My pick: Grizzled Outcasts
Pack 3 pick 6:
My pick: Festerhide Boar
Pack 3 pick 7:
Rebuke isn’t normally a card that would make it into the maindeck of this archetype, but we’re on the slower side and could benefit from a sideboard card for the aggro mirror where we won’t necessarily be the definitive aggressor.
My pick: Rebuke
Pack 3 pick 8:
My pick: Spider Spawning
Pack 3 pick 9:
My pick: Ranger’s Guile
Pack 3 pick 10:
At this point we have two Travel Preparations and two less-exciting Ranger’s Guiles as cards that can be used to keep our creatures alive. Generally it’s better to have a few more pump spells, and generally not counting Ranger’s Guile because it’s less effective when fighting creatures compared to spells. However, the assortment of creatures we have at the moment includes a lot that are evasive (three Voiceless Spirits, one Orchard Spirit, and one Gallows Warden) in addition to some larger fatties (two Grizzled Outcasts and one Festerhide Boar). It’s less likely that those evasive/big creatures will need the support of pump spells than the smaller creatures (Silverchase Fox), and also that the quantity of those former creatures is high enough to warrant taking the Orchard Spirit.
My pick: Orchard Spirit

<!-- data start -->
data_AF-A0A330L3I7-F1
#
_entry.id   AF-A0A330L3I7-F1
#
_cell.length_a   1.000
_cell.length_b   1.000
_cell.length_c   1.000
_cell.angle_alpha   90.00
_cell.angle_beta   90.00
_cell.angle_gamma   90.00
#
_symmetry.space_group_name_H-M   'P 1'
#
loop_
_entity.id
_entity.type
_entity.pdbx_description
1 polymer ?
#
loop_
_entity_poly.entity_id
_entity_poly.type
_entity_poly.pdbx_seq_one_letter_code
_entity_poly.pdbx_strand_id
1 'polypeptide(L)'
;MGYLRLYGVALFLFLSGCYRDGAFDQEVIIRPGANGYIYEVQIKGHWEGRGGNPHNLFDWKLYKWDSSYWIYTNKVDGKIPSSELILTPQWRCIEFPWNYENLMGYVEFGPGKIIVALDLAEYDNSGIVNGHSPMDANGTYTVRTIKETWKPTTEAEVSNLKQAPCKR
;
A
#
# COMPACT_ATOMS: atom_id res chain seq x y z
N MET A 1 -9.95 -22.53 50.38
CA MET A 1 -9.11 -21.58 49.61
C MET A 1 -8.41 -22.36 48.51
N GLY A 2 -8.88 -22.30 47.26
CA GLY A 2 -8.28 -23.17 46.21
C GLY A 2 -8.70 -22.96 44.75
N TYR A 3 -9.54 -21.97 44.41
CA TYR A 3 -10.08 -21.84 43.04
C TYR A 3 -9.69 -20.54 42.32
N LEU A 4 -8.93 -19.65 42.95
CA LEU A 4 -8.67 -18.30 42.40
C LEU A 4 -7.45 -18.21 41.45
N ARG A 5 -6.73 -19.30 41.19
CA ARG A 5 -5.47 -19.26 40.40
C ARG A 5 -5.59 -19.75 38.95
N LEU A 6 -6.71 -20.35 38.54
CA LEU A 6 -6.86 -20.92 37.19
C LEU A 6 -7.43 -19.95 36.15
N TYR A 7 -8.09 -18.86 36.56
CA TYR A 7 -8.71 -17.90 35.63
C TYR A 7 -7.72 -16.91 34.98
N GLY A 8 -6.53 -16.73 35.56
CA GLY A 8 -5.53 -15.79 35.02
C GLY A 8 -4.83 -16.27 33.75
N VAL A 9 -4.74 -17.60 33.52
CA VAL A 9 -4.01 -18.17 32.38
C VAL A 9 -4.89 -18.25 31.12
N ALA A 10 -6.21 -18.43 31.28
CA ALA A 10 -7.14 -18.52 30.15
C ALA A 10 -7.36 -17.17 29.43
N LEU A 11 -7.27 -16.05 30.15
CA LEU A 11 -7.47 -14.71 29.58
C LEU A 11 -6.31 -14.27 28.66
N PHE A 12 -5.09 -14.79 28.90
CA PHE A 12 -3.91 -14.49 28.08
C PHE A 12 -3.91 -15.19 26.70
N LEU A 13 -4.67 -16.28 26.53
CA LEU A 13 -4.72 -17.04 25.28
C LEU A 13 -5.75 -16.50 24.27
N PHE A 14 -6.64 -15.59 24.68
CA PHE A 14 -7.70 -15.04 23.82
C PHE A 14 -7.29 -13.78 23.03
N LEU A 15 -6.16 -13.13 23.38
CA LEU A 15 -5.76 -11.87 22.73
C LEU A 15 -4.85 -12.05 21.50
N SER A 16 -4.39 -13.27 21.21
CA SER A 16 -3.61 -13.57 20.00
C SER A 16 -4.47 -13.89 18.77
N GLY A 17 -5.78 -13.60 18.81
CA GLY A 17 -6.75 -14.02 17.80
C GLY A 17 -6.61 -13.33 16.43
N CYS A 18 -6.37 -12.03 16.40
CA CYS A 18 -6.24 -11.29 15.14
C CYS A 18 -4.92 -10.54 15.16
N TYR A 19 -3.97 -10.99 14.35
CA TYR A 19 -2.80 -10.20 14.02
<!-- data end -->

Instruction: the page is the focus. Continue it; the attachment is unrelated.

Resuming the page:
Pack 3 pick 11:
My pick: Curse of Stalked Prey
Pack 3 pick 12:
My pick: Nightbird’s Clutches
Pack 3 pick 13:
My pick: Make a Wish
Pack 3 pick 14:
My pick: Hysterical Blindness
Pack 3 pick 15:
Pack three was better than the previous two, although not amazing excluding the Mayor of Avabruck that we opened. Still, we were able to pick up some relatively good cards like Bonds of Faith and Travel Preparations that will make our games a bit easier to win. Overall the draft went fine; it didn’t feel like we were in the wrong colors or positioned badly. We don’t have the quantity of good two-drops that’s optimal, but we’ll still be able to construct a decent deck.
There are twenty (20) cards that should make up the core of the deck; they include the following:
Afterwards there are a few other options that we can use to fill the remaining slots based on what the deck needs in order to flow well and succeed. The remaining cards include:
Unruly Mob may be a two-drop in the sense that its CMC is two, but it functions more like a four drop because it requires a developed board and game progression before it can enter safely combat and emerge unscathed.